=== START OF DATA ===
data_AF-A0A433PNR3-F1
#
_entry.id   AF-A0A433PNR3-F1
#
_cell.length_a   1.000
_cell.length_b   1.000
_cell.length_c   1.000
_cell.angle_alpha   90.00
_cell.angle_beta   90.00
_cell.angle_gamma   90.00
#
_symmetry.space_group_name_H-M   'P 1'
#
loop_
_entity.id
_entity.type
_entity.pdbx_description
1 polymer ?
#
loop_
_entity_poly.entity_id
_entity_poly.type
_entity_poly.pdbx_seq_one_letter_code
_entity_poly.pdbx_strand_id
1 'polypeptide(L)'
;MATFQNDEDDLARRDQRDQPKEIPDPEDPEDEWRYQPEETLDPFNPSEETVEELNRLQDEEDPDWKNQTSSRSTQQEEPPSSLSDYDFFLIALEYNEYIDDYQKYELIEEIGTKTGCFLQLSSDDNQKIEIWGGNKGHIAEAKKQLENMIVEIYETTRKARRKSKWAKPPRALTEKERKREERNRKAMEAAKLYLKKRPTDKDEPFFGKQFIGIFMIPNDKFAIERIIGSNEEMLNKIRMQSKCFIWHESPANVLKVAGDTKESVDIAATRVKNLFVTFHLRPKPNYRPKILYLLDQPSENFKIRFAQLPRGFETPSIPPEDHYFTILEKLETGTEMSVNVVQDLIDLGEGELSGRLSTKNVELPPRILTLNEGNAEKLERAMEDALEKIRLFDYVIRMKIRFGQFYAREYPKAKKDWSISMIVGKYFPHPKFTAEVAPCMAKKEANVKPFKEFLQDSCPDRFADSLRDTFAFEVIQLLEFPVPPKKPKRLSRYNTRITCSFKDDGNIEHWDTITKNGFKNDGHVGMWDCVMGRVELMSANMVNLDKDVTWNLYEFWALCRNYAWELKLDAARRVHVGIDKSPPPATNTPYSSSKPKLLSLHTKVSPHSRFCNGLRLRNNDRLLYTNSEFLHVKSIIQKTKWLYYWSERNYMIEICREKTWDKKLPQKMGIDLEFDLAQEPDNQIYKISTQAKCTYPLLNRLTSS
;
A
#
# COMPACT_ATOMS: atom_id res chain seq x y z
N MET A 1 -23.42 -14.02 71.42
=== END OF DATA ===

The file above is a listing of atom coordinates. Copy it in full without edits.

data_AF-A0A433PNR3-F1
#
_entry.id   AF-A0A433PNR3-F1
#
_cell.length_a   1.000
_cell.length_b   1.000
_cell.length_c   1.000
_cell.angle_alpha   90.00
_cell.angle_beta   90.00
_cell.angle_gamma   90.00
#
_symmetry.space_group_name_H-M   'P 1'
#
loop_
_entity.id
_entity.type
_entity.pdbx_description
1 polymer ?
#
loop_
_entity_poly.entity_id
_entity_poly.type
_entity_poly.pdbx_seq_one_letter_code
_entity_poly.pdbx_strand_id
1 'polypeptide(L)'
;MATFQNDEDDLARRDQRDQPKEIPDPEDPEDEWRYQPEETLDPFNPSEETVEELNRLQDEEDPDWKNQTSSRSTQQEEPPSSLSDYDFFLIALEYNEYIDDYQKYELIEEIGTKTGCFLQLSSDDNQKIEIWGGNKGHIAEAKKQLENMIVEIYETTRKARRKSKWAKPPRALTEKERKREERNRKAMEAAKLYLKKRPTDKDEPFFGKQFIGIFMIPNDKFAIERIIGSNEEMLNKIRMQSKCFIWHESPANVLKVAGDTKESVDIAATRVKNLFVTFHLRPKPNYRPKILYLLDQPSENFKIRFAQLPRGFETPSIPPEDHYFTILEKLETGTEMSVNVVQDLIDLGEGELSGRLSTKNVELPPRILTLNEGNAEKLERAMEDALEKIRLFDYVIRMKIRFGQFYAREYPKAKKDWSISMIVGKYFPHPKFTAEVAPCMAKKEANVKPFKEFLQDSCPDRFADSLRDTFAFEVIQLLEFPVPPKKPKRLSRYNTRITCSFKDDGNIEHWDTITKNGFKNDGHVGMWDCVMGRVELMSANMVNLDKDVTWNLYEFWALCRNYAWELKLDAARRVHVGIDKSPPPATNTPYSSSKPKLLSLHTKVSPHSRFCNGLRLRNNDRLLYTNSEFLHVKSIIQKTKWLYYWSERNYMIEICREKTWDKKLPQKMGIDLEFDLAQEPDNQIYKISTQAKCTYPLLNRLTSS
;
A
#
# COMPACT_ATOMS: atom_id res chain seq x y z
N MET A 1 -23.42 -14.02 71.42